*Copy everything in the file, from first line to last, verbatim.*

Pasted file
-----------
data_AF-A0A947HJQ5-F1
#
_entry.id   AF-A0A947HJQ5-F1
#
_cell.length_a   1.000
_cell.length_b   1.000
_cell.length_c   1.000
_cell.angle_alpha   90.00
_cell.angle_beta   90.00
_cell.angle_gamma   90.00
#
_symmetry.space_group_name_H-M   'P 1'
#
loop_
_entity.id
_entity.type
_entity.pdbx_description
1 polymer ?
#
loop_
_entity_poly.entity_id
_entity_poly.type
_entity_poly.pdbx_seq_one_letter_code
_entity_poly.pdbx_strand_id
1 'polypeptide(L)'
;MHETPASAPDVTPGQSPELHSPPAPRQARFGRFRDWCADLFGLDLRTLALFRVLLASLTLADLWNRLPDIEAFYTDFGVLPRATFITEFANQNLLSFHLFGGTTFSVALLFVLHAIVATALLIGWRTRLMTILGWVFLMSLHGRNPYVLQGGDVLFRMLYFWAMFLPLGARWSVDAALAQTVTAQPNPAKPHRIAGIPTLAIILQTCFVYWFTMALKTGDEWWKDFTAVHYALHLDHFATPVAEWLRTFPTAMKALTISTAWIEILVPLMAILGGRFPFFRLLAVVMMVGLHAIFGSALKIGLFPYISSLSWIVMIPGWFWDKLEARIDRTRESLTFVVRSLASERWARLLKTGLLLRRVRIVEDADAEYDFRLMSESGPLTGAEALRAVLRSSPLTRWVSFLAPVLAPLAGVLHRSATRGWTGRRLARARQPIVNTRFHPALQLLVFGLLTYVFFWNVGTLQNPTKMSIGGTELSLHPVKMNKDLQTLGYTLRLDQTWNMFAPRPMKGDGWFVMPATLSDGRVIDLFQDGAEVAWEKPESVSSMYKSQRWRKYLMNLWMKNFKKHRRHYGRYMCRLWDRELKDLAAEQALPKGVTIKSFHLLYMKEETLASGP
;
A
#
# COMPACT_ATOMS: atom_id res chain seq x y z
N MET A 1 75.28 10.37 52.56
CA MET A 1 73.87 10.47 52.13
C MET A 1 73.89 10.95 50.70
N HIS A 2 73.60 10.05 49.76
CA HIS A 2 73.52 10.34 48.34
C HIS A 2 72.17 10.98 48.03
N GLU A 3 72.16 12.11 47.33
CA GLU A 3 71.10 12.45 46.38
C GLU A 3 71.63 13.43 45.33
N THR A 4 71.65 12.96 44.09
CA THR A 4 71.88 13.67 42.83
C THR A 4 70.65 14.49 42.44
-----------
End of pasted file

data_AF-A0A947HJQ5-F1
#
_entry.id   AF-A0A947HJQ5-F1
#
_cell.length_a   1.000
_cell.length_b   1.000
_cell.length_c   1.000
_cell.angle_alpha   90.00
_cell.angle_beta   90.00
_cell.angle_gamma   90.00
#
_symmetry.space_group_name_H-M   'P 1'
#
loop_
_entity.id
_entity.type
_entity.pdbx_description
1 polymer ?
#
loop_
_entity_poly.entity_id
_entity_poly.type
_entity_poly.pdbx_seq_one_letter_code
_entity_poly.pdbx_strand_id
1 'polypeptide(L)'
;MHETPASAPDVTPGQSPELHSPPAPRQARFGRFRDWCADLFGLDLRTLALFRVLLASLTLADLWNRLPDIEAFYTDFGVLPRATFITEFANQNLLSFHLFGGTTFSVALLFVLHAIVATALLIGWRTRLMTILGWVFLMSLHGRNPYVLQGGDVLFRMLYFWAMFLPLGARWSVDAALAQTVTAQPNPAKPHRIAGIPTLAIILQTCFVYWFTMALKTGDEWWKDFTAVHYALHLDHFATPVAEWLRTFPTAMKALTISTAWIEILVPLMAILGGRFPFFRLLAVVMMVGLHAIFGSALKIGLFPYISSLSWIVMIPGWFWDKLEARIDRTRESLTFVVRSLASERWARLLKTGLLLRRVRIVEDADAEYDFRLMSESGPLTGAEALRAVLRSSPLTRWVSFLAPVLAPLAGVLHRSATRGWTGRRLARARQPIVNTRFHPALQLLVFGLLTYVFFWNVGTLQNPTKMSIGGTELSLHPVKMNKDLQTLGYTLRLDQTWNMFAPRPMKGDGWFVMPATLSDGRVIDLFQDGAEVAWEKPESVSSMYKSQRWRKYLMNLWMKNFKKHRRHYGRYMCRLWDRELKDLAAEQALPKGVTIKSFHLLYMKEETLASGP
;
A
#
# COMPACT_ATOMS: atom_id res chain seq x y z
N MET A 1 75.28 10.37 52.56
CA MET A 1 73.87 10.47 52.13
C MET A 1 73.89 10.95 50.70
N HIS A 2 73.60 10.05 49.76
CA HIS A 2 73.52 10.34 48.34
C HIS A 2 72.17 10.98 48.03
N GLU A 3 72.16 12.11 47.33
CA GLU A 3 71.10 12.45 46.38
C GLU A 3 71.63 13.43 45.33
N THR A 4 71.65 12.96 44.09
CA THR A 4 71.88 13.67 42.83
C THR A 4 70.65 14.49 42.44